Indonesian Christian governor are jailed for blasphemy



Sentenced to a five-year imprisonment whoever intentionally publicly exposes a feeling or commits an act:

A. Which is essentially hostile, abusive or defamatory of a religion held in Indonesia;

B. With the intention that people do not embrace any religion, which abides in Belief in the One Supreme God.

Does people that break the law need to do both A and B or one of them?


I suspect that the main problem here is that the translation is too literal and does not reflect the rules in the Indonesian language regarding when you imply an "and" v. an "or" when two clauses are present in that format. The translation is not drafted in the manner that I would draft it if I were drafting a criminal statute in English and is ambiguous on its face before considering interpretative tools used to resolve ambiguous statutes.

But, other interpretative tools are available and they apply in any language.

In my view, the more natural reading calls for both A and B to be established, not A or B. I will explore several reasons why I think this is the strongest reading below.


One reasons this is so is because A describes the nature of the feeling that is publicly exposed or the act, and B describes the mens rea (i.e. intent) that must be shown on the part of the person publicly exposing or acting.

Normally, if a statute has a "this or that" kind of requirement they are describing different ways of satisfying the same element of a crime in the alternative, while in this statutory language A seems to set forth one element of the crime, and B seems to modify the language of A to limit the circumstances when A applies.

The Rule of Lenity

This is consistent with the rule of lenity which holds that if a criminal statute is ambiguous the reading that is more lenient or is harder to prove should be adopted so as to not unduly broaden the scope of criminal liability in an unanticipated manner.

Considering The Implications Of Alternative Readings

Does B Without A Make Sense? No.

Suppose that you adopt an "or" interpretation instead, and someone says "Islam is the world's greatest religion which insures you will go to heaven" with the misguided belief that since the speaker is a disreputable bum that people will act contrary to his admonition and seek to abandon Islam.

In an "or" interpretation of the statute, that would be a crime, but surely that fact pattern is not what the drafters of the law meant to prohibit by passing this law.

Does A Without B Make Sense? Probably Not.

Other versions of the "or" interpretation also don't seem to reflect the intent of the statute either.

A Without The Intent To Convert Part Of B Considered

Suppose someone says that no one should ever marry a "Jew" because Jews don't have epicantic folds in their eyelids and that makes them ugly. This could be viewed as hostile or abusive towards a religion held in Indonesia, but it would not be made with the intention that people do not become Jews because becoming non-Jewish religiously wouldn't change the bite of that insult. It wouldn't encourage Jews to become non-Jewish religiously. Under an "or" interpretation that would be a crime.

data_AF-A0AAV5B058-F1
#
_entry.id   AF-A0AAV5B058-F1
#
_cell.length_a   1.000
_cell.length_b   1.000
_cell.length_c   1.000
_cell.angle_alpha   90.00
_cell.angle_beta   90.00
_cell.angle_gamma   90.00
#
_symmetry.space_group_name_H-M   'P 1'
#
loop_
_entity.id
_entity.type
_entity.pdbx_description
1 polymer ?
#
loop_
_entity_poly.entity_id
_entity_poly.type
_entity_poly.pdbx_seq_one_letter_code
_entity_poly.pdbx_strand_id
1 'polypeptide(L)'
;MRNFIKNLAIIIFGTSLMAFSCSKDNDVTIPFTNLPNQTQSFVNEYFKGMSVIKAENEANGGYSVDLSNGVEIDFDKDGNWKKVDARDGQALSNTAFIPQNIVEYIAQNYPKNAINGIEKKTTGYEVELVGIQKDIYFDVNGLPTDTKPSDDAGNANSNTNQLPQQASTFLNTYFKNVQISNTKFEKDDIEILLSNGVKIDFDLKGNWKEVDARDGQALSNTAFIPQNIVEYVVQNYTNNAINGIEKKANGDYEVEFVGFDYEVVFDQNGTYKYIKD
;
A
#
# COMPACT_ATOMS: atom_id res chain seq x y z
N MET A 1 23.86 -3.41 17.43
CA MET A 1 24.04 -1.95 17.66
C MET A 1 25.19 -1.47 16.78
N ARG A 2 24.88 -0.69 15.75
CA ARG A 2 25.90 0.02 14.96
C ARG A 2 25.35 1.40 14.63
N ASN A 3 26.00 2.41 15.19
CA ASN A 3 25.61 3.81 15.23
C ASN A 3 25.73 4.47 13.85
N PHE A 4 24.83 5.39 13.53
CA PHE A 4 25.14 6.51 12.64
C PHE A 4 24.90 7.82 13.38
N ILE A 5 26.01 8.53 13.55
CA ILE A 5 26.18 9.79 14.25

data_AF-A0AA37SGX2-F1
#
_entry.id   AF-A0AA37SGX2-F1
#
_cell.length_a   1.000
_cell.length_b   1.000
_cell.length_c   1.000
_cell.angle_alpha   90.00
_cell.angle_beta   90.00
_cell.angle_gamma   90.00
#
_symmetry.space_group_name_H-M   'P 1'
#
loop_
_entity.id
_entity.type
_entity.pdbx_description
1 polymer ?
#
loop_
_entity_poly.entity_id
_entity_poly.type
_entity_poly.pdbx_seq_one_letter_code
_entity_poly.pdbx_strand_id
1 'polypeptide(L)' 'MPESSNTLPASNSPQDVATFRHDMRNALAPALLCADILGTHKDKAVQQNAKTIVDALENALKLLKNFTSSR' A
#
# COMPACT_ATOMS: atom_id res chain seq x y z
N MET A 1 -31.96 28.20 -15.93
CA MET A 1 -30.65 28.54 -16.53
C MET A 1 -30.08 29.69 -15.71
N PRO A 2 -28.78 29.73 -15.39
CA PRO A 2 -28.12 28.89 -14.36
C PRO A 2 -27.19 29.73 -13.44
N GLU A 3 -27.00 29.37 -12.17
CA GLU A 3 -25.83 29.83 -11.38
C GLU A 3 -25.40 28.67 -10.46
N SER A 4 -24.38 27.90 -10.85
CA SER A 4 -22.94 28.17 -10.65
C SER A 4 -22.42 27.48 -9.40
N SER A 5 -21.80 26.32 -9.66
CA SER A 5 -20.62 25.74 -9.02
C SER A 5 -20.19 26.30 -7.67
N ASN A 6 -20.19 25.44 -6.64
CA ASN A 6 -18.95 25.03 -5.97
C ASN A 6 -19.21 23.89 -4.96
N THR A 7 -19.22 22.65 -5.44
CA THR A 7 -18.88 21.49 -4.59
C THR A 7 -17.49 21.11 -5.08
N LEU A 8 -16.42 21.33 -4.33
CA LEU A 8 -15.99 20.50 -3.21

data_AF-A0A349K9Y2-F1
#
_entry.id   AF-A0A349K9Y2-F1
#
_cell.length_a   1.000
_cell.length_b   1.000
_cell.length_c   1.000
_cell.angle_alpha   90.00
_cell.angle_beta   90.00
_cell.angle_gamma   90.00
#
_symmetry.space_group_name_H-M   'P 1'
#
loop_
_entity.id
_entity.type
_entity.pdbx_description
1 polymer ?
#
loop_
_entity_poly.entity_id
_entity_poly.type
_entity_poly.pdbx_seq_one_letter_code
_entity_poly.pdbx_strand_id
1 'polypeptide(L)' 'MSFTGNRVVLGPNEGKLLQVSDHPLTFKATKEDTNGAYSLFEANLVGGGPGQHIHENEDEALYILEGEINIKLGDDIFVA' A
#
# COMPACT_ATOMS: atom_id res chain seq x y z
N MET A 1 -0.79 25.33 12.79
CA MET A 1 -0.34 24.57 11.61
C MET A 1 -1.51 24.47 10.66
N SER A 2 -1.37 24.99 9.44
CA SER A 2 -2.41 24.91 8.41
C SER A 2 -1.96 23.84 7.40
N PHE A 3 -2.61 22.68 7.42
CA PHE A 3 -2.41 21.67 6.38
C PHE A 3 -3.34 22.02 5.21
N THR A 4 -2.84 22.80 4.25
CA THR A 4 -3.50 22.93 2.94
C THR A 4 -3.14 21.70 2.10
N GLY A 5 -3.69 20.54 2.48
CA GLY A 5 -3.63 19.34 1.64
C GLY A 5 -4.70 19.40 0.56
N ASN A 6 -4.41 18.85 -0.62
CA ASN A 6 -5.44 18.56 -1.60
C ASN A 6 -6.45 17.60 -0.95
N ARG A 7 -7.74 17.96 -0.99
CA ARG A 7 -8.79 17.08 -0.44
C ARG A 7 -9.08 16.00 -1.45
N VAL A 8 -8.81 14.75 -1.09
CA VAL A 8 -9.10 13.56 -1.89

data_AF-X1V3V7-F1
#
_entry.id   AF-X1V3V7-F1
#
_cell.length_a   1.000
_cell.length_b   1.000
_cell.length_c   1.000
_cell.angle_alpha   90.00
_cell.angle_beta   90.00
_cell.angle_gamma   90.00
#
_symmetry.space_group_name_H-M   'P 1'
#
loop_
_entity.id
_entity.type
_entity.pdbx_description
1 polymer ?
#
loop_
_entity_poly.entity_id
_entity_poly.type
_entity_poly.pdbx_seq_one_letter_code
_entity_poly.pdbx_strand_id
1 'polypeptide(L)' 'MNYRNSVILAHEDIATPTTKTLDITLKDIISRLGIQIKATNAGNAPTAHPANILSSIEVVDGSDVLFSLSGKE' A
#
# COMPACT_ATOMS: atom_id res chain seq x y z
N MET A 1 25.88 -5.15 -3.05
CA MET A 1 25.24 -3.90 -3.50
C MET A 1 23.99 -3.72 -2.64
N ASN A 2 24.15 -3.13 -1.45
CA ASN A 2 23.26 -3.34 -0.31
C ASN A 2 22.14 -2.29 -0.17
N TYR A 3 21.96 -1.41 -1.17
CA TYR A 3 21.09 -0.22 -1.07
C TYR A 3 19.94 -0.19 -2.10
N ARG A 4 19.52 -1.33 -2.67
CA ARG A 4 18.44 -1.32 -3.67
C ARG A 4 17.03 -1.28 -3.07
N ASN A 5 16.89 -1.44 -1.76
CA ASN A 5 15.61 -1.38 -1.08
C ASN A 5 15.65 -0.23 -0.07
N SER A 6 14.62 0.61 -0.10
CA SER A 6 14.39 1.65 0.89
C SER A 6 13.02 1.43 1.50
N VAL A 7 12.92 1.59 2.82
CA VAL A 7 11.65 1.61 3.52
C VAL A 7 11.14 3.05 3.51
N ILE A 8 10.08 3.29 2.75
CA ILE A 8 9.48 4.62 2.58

But, it seems more consistent with the purposes of the law which is basically to restrain certain kinds of evangelism, that this wouldn't constitute a crime and that the correct reading would be "and".

A Without The Monotheistic Part of B Considered

Similarly, if you say that neo-pagans are delusional and should convert to Islam this would also be outside the scope of the law in an "and" interpretation, but would be a crime with the "or" interpretation.

But, this "or" reading that extends to protection of the statute to non-monotheists, seems implausible in a statute that asserts as a matter of law that there is "One Supreme God." Given this statement, it seems far more likely that the legislative intent was to limit the protections of the statute to monotheist religions (a view that is also consistent with Islamic doctrine on religious tolerance).


Therefore, I conclude that the correct reading of the statute is to require proof of both A and B, and not just A or B.

Of course, I do this with what is surely an imperfect translation and without the benefit of case law from Indonesia, so this interpretation, while plausible, and even likely, is not definitive.

  • Thank you. I think what you said is reasonable. Are you an Indonesian lawyer? The case law in Indonesia is that this whole statue has always convict people that are charged with it. In all cases, none of those are fullfilled
    – user4951
    May 10 '17 at 6:49
  • @JimThio I am a Colorado lawyer who is fairly familiar with international and comparative law and Islamic law compared to most people. Whether people are always convicted or not is not dispositive of the question of whether there is case law which consists of the reasons articulated by judges for their decisions much more so than the actual outcomes.
    – ohwilleke
    May 10 '17 at 23:19
  • I think it's more of political precedent
    – user4951
    May 11 '17 at 18:10
  • He is convicted.
    – user4951
    Mar 24 '18 at 15:56
  • The prosecutor didn't proof. He didn't even think Ahok was guilty. The judges decide anyway
    – user4234
    Apr 11 '18 at 16:34

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